Another study confirmed muscle gains with minimalist shoes and also noted increased arch stiffness.

(Just in case some of these terms are new to you: barefoot or minimalist shoes are designed to let your feet move as naturally as possible. Unlike a “traditional” shoe, they have thin soles that are flexible and let you safely feel the ground. They also have “zero drop” — that is, they don’t slope downhill from heel to toe. Finally, a barefoot shoe will have a roomy toe box to give your toes plenty of room to move.)

I need to say it again: I’m not giving you medical advice and you should consult with your doctor about any problems you’re experiencing with your arches, preferably one who understands the research and the value of natural movement rather than one who makes money by putting most of his or her patients in orthotics.

But I am encouraging you to at least consider the possibility that you can enjoy the freedom and fun of wearing barefoot shoes — even if you’ve assumed you would always need the support found in wearing traditional shoes.

The Best Running Shoes for Orthotics?

But let me just add one more thing. Suppose you are someone who uses orthotics and plans to continue to do so.

I think you are still best off choosing barefoot shoes. Why?

Look inside all the shoes you have now and note what you see. Each pair will have a different shape; some with more arch support, some with less; some with more slope from front to back, some with less, etc. Your orthotics are designed to fit your foot while resting upon a level base, but the inside of most shoes is anything but level.

What this means is that you’ll get a different fit for every pair of shoes you’re wearing and probably none of them provides a level platform on which your orthotics can rest.

More, as the foam midsole in those shoes breaks down (which it starts doing the moment you begin wearing them), the geometry of the shoe and orthotic will change which could cause structural problems in your feet and legs.

Barefoot shoes have a flat, zero-drop sole that provides the perfect base for your orthotics and no foam midsole that wears out.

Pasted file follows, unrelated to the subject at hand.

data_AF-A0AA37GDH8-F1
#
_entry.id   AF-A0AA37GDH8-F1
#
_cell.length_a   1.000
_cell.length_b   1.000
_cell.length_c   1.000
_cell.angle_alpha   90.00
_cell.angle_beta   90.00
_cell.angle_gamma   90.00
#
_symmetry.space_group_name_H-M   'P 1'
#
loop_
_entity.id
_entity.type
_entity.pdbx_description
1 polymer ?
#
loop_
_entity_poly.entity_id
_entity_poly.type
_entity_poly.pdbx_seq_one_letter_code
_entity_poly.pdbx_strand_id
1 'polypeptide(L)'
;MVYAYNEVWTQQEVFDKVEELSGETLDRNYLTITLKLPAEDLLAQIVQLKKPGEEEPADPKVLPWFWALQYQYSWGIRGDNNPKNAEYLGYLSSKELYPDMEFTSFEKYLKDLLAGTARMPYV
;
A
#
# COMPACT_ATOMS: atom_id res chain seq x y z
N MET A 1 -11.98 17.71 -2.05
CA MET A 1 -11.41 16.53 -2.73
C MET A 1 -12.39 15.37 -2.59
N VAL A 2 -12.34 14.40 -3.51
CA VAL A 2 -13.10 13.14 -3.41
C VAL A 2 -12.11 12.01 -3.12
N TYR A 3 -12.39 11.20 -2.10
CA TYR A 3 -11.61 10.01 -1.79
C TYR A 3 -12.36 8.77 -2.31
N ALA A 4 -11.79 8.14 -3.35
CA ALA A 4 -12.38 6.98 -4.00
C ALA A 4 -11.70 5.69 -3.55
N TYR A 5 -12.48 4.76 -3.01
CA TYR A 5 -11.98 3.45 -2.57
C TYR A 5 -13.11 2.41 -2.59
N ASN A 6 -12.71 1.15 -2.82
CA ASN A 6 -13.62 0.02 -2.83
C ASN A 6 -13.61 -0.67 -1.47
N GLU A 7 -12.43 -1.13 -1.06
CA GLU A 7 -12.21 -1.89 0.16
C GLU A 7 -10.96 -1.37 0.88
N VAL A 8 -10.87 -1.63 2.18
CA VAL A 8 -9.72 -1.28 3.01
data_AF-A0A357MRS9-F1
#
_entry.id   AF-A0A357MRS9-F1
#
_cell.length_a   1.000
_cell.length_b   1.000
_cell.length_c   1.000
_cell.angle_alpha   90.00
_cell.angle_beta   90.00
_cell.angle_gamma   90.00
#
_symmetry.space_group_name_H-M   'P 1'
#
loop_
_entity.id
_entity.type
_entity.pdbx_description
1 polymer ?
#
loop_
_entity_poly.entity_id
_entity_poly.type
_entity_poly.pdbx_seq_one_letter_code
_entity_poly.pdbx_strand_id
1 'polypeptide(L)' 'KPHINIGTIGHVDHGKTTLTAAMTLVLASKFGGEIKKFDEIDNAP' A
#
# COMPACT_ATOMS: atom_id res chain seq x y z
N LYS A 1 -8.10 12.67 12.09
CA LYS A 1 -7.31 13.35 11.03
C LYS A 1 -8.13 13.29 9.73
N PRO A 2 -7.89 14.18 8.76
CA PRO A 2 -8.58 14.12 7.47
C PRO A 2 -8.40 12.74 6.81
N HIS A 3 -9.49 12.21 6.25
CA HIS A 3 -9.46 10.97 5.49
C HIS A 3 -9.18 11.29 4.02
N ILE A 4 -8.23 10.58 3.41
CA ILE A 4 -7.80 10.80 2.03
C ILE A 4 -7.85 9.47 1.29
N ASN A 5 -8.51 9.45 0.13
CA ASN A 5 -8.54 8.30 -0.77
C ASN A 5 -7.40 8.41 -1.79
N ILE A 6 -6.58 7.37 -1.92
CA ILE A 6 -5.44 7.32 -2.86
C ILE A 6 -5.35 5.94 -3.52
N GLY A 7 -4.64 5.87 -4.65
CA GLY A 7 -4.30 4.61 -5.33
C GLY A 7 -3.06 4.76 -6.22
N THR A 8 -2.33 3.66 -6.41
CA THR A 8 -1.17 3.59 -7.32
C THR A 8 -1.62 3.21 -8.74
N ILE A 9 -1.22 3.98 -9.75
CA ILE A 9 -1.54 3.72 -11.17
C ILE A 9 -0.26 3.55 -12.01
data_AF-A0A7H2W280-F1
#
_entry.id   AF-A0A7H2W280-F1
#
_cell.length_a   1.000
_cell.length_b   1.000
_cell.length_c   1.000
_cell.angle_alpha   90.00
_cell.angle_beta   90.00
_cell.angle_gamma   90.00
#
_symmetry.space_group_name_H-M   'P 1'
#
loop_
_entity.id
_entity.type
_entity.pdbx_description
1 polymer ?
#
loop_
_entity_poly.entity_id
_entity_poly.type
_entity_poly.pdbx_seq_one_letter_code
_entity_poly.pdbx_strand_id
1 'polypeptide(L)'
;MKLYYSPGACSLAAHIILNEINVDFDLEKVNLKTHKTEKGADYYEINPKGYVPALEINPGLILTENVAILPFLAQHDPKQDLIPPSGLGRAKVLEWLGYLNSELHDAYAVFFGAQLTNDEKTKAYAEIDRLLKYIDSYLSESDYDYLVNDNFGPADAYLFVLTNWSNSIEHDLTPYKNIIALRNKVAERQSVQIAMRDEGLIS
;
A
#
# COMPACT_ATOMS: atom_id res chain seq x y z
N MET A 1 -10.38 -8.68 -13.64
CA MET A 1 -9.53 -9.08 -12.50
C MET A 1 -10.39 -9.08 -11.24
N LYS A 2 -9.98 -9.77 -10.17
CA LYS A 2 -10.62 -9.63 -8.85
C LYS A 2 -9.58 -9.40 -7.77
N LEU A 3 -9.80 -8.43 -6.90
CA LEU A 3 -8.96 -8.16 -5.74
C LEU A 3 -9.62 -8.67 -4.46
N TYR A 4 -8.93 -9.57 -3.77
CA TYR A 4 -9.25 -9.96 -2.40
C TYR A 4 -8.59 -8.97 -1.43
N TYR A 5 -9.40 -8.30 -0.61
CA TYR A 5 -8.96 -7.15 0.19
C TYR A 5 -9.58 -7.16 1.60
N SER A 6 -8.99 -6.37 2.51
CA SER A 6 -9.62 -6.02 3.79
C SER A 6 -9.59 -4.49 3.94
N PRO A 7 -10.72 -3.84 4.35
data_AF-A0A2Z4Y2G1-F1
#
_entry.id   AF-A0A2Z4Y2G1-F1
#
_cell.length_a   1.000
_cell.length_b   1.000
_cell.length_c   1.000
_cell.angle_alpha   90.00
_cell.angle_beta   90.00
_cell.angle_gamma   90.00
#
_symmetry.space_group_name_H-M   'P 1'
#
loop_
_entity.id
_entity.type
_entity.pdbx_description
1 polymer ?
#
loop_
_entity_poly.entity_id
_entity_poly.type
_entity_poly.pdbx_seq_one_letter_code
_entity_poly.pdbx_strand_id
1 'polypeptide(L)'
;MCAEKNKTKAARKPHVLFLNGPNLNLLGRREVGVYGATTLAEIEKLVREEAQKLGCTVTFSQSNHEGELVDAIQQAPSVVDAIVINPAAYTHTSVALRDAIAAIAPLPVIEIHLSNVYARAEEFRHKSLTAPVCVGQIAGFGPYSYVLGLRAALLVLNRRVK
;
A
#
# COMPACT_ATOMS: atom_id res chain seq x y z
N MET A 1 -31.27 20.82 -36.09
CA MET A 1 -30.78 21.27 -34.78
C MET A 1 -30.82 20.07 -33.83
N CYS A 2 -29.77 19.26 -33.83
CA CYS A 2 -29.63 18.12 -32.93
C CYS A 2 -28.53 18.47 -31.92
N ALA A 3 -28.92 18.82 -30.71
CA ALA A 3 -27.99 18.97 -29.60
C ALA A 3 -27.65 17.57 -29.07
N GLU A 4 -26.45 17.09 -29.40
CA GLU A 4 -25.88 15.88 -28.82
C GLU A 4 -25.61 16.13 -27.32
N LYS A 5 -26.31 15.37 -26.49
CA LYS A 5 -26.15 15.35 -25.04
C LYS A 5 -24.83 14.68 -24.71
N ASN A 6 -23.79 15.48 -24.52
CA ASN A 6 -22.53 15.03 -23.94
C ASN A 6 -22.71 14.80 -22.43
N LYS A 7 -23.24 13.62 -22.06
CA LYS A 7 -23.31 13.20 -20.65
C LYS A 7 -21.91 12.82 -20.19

So with or without orthotics, barefoot running shoes are a great choice.

My own story

Personally, I had flat feet my whole life. If I stepped out of a pool, my footprint looked like an oval.

After a few months of running and walking barefoot, I noticed I started developing arches!

I ruined all the family jokes about the flippers I had at the end of my legs.

Now, I get out of the water, step on the ground, and you see the outline of a FOOT.

Granted, I don’t have drive-a-bus-under-them arches but, again, that’s genes. All I know is that I haven’t used my expensive shoe inserts in years and my feet haven’t had a problem in all that time.

Ready to try your own pair of barefoot shoes?

Take this quiz to find your perfect pair here.

91 thoughts on “Tips for Flat Feet, High Arches, & Running Barefoot – Xero Shoes

  1. You guys are awesome. I have flat feet, I’m eager to see the results from running.

  2. Hi Tammy… you’re talking to someone who had life-long flat feet and who has had a broken spine for 30 years… check this out: and also: (I know that says “running” but it’s just as true for walking)

  3. Could this help people with shin splints? I have extremly bad shin splints but I dont have enough money to buy custom shoes. I think these would be a great fit and I really am intrested in buying from you but I need to really know the honest truth if they will help me with my shin splints. By the way I saw you on shark tank and I really loved your presentation. 🙂

    1. Engineered running shoes and improper conditioning increasingly catch the blame for shin splints, new research suggests that running barefoot (Lieberman) — if done correctly — assists a runner in moving form away from the gait that is in effect the injury mechanism.
      If you got to WebMD and such, you will see that shin splints are separated into four distinct categories. Medial tibial stress syndrome, the most common form, results from pain along the posterior tibial muscle along the inner part of the lower leg. Tibial periostitis occurs when the front of the shin bone, the periosteum, is injured. Anterior compartment syndrome occurs when the muscles along the front of the lower leg swell and build pressure against the membranous walls that cover them. Finally, stress fractures result from small cracks in the lower leg bone. All of these injuries result from excessive and repeated impact on hard surfaces.
      Shin splints result from the way your feet make contact with the ground. The support from running shoes tends to force runners to land on the heels of their feet. Over time, this type of impact can lead to shin splints and other injuries. Barefoot running, however, more likely results in a runner landing on the balls of his feet. This shifts stress away from the shins and to the Achilles tendon and calf muscle. The key is take it slowly, though, since over-worked Achilles and calf muscles fail just as easily (although can heal much quicker) as tibial stress. In short, if done right, barefoot form can not only help people with shin splints, it can eliminate them altogether (that’s what happened with me).